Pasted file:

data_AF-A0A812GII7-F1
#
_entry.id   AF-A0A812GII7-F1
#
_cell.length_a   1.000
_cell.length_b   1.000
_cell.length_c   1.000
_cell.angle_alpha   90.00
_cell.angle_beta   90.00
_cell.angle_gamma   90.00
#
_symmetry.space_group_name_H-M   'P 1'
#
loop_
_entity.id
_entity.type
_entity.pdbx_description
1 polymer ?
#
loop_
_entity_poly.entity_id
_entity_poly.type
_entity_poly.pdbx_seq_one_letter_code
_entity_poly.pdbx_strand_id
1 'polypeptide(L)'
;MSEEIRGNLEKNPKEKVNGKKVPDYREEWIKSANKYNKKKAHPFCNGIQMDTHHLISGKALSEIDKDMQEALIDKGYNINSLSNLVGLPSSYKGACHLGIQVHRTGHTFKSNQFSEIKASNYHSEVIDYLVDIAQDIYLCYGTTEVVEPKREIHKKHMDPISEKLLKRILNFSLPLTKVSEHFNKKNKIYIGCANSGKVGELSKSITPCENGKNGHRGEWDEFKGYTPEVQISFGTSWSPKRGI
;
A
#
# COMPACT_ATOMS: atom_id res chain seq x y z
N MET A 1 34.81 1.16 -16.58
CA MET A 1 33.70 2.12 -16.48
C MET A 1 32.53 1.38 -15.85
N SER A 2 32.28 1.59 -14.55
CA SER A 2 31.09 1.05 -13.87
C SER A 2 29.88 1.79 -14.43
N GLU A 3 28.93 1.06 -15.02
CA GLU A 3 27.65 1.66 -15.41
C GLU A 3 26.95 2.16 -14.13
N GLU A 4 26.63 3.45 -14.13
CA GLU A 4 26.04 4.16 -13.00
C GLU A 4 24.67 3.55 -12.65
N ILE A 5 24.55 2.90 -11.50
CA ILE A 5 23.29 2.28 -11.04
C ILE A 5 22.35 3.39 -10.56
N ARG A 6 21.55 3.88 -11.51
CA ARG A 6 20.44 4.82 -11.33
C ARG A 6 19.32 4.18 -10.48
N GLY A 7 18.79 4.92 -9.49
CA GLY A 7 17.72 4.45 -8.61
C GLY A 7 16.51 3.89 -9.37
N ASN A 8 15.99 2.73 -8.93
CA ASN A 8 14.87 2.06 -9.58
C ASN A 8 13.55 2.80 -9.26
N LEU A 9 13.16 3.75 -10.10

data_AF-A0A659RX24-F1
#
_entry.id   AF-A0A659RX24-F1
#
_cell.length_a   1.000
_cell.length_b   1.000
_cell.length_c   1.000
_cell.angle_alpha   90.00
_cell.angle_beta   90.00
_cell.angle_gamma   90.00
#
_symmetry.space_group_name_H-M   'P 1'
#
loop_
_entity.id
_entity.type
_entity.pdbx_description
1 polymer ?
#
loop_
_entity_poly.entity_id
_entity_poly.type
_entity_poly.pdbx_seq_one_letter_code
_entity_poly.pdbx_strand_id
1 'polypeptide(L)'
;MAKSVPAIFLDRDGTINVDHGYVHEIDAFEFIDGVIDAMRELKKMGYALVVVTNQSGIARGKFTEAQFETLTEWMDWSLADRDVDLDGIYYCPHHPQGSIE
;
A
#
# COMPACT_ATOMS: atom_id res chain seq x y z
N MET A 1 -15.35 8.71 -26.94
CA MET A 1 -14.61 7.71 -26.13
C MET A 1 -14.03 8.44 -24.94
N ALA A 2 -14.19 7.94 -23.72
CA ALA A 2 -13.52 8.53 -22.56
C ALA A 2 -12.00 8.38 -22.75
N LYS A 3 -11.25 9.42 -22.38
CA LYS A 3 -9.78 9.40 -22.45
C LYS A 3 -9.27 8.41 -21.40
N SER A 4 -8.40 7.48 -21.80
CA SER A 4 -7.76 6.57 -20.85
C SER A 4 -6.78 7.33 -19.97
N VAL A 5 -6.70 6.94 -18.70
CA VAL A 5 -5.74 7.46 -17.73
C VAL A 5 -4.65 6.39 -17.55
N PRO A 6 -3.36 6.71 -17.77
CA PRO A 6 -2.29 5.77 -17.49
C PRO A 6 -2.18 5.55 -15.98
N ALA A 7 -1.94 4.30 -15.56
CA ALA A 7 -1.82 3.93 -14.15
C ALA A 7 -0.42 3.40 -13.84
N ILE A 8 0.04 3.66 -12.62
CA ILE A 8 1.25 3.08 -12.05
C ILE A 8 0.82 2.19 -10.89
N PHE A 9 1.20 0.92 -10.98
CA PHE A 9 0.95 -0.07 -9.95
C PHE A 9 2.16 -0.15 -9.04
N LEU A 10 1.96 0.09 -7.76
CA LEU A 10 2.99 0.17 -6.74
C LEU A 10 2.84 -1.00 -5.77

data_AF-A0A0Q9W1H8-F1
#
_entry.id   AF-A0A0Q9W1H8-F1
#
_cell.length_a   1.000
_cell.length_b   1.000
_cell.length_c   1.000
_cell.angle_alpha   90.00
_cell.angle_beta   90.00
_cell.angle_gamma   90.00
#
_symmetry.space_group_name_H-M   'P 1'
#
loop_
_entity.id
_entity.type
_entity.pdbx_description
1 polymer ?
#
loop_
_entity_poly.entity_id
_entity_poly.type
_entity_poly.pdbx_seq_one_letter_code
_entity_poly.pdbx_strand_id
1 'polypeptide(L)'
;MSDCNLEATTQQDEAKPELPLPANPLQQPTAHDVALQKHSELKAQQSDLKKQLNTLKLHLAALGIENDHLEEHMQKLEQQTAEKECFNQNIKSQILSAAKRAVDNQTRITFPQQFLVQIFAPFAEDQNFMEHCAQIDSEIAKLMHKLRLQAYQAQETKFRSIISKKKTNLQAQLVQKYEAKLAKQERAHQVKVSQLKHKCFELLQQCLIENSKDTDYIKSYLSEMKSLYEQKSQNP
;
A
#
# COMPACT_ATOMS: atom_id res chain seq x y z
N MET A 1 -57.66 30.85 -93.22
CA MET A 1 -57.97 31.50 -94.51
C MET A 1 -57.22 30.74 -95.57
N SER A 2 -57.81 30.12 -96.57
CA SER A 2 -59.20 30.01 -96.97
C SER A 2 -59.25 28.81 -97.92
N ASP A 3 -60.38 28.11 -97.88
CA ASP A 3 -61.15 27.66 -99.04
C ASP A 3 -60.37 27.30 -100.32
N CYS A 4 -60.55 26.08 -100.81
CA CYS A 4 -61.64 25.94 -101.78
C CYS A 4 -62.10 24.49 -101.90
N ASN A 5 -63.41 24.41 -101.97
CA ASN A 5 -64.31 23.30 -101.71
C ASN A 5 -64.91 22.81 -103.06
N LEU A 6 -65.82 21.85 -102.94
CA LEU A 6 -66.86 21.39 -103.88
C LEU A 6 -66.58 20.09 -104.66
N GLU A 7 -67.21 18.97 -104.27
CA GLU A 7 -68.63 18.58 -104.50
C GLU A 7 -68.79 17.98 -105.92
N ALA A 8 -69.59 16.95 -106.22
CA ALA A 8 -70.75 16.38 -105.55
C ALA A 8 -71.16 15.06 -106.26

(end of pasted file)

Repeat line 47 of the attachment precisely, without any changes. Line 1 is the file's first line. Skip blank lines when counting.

CA ARG A 6 20.44 4.82 -11.33